Studies of the effects of stressful stimuli that occurred sometime in the past have generally found both intrusion and avoidance as consequences. The present investigation used Horowitz et al.'s (1979) Impact of Events Scale to compare the responses of victims who had been recently evacuated to a hotel after a missile attack on their home with a similar group one year later. Although during the attacks intrusion responses were found to be significantly higher than avoidance, the means on the two mental states did not differ significantly one year after. In addition, intrusion was found to be more highly correlated with several functioning measures; this latter trend becoming more pronounced at Time 2. Implications of the findings and limitations of the study were mentioned.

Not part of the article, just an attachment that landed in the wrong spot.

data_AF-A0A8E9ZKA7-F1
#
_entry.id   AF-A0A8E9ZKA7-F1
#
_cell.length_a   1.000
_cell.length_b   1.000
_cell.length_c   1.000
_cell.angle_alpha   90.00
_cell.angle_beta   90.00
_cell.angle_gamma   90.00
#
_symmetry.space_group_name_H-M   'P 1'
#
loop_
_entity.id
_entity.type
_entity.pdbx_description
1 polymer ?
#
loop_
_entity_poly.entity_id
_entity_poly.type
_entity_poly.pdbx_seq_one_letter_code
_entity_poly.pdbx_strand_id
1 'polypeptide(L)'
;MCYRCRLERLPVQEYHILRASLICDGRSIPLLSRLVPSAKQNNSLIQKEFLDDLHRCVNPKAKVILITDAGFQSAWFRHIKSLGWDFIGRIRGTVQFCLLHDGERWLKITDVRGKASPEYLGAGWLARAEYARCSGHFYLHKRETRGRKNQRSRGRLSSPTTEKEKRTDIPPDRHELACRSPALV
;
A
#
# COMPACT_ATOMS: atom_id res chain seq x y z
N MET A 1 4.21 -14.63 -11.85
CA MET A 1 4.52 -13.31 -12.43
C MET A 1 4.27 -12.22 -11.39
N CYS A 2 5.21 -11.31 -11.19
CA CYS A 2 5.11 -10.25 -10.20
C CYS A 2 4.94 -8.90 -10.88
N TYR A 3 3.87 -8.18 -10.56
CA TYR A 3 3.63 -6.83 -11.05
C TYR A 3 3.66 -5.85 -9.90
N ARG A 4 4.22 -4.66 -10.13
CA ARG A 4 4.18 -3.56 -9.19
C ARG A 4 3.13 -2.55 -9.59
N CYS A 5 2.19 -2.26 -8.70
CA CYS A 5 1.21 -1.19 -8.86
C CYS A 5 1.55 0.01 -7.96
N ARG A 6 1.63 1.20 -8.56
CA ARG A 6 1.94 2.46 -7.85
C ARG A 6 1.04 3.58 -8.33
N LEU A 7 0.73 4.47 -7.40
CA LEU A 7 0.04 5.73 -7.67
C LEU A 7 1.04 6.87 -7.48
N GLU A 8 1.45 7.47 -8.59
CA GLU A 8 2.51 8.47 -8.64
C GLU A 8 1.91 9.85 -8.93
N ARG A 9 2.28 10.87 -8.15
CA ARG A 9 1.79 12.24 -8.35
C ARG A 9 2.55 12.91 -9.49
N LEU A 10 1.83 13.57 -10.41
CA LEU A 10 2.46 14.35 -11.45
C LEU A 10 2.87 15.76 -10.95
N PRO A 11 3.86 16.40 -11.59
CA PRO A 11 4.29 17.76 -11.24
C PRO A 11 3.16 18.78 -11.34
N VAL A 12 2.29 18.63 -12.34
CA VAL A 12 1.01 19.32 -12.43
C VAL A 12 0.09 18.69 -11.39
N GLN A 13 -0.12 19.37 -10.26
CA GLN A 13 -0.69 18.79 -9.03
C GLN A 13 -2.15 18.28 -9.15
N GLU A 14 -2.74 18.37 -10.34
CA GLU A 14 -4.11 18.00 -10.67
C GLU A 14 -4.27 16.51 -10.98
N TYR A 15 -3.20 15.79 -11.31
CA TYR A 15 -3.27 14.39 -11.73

|Number of pages||5|
|Journal||Journal of Clinical Psychology|
|State||Published - May 1996|